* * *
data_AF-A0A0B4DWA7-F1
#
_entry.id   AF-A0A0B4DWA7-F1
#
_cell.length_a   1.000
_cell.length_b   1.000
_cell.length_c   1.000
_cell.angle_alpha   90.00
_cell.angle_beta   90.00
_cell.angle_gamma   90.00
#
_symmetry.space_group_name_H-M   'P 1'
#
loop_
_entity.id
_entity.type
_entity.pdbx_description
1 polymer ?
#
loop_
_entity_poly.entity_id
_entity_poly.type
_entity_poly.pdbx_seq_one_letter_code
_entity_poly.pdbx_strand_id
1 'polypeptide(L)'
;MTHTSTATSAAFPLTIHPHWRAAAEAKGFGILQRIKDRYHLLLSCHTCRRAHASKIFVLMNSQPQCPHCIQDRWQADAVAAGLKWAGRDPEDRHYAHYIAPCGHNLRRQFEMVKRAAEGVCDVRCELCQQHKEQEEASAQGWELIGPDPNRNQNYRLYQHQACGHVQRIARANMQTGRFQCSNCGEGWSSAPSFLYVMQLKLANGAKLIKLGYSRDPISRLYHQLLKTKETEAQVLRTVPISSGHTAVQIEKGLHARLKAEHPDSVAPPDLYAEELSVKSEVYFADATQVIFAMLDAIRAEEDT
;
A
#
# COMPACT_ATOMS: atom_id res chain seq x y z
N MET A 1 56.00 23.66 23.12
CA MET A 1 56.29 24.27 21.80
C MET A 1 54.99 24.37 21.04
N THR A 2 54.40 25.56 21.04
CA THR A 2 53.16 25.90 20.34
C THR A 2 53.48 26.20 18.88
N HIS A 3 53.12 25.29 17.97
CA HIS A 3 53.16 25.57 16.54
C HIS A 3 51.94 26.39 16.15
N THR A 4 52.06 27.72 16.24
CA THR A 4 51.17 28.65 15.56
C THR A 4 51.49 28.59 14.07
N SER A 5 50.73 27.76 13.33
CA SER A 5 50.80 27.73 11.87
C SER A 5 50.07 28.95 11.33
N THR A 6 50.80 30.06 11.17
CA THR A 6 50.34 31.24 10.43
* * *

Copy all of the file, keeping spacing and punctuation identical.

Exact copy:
data_AF-A0A0B4DWA7-F1
#
_entry.id   AF-A0A0B4DWA7-F1
#
_cell.length_a   1.000
_cell.length_b   1.000
_cell.length_c   1.000
_cell.angle_alpha   90.00
_cell.angle_beta   90.00
_cell.angle_gamma   90.00
#
_symmetry.space_group_name_H-M   'P 1'
#
loop_
_entity.id
_entity.type
_entity.pdbx_description
1 polymer ?
#
loop_
_entity_poly.entity_id
_entity_poly.type
_entity_poly.pdbx_seq_one_letter_code
_entity_poly.pdbx_strand_id
1 'polypeptide(L)'
;MTHTSTATSAAFPLTIHPHWRAAAEAKGFGILQRIKDRYHLLLSCHTCRRAHASKIFVLMNSQPQCPHCIQDRWQADAVAAGLKWAGRDPEDRHYAHYIAPCGHNLRRQFEMVKRAAEGVCDVRCELCQQHKEQEEASAQGWELIGPDPNRNQNYRLYQHQACGHVQRIARANMQTGRFQCSNCGEGWSSAPSFLYVMQLKLANGAKLIKLGYSRDPISRLYHQLLKTKETEAQVLRTVPISSGHTAVQIEKGLHARLKAEHPDSVAPPDLYAEELSVKSEVYFADATQVIFAMLDAIRAEEDT
;
A
#
# COMPACT_ATOMS: atom_id res chain seq x y z
N MET A 1 56.00 23.66 23.12
CA MET A 1 56.29 24.27 21.80
C MET A 1 54.99 24.37 21.04
N THR A 2 54.40 25.56 21.04
CA THR A 2 53.16 25.90 20.34
C THR A 2 53.48 26.20 18.88
N HIS A 3 53.12 25.29 17.97
CA HIS A 3 53.16 25.57 16.54
C HIS A 3 51.94 26.39 16.15
N THR A 4 52.06 27.72 16.24
CA THR A 4 51.17 28.65 15.56
C THR A 4 51.49 28.59 14.07
N SER A 5 50.73 27.76 13.33
CA SER A 5 50.80 27.73 11.87
C SER A 5 50.07 28.95 11.33
N THR A 6 50.80 30.06 11.17
CA THR A 6 50.34 31.24 10.43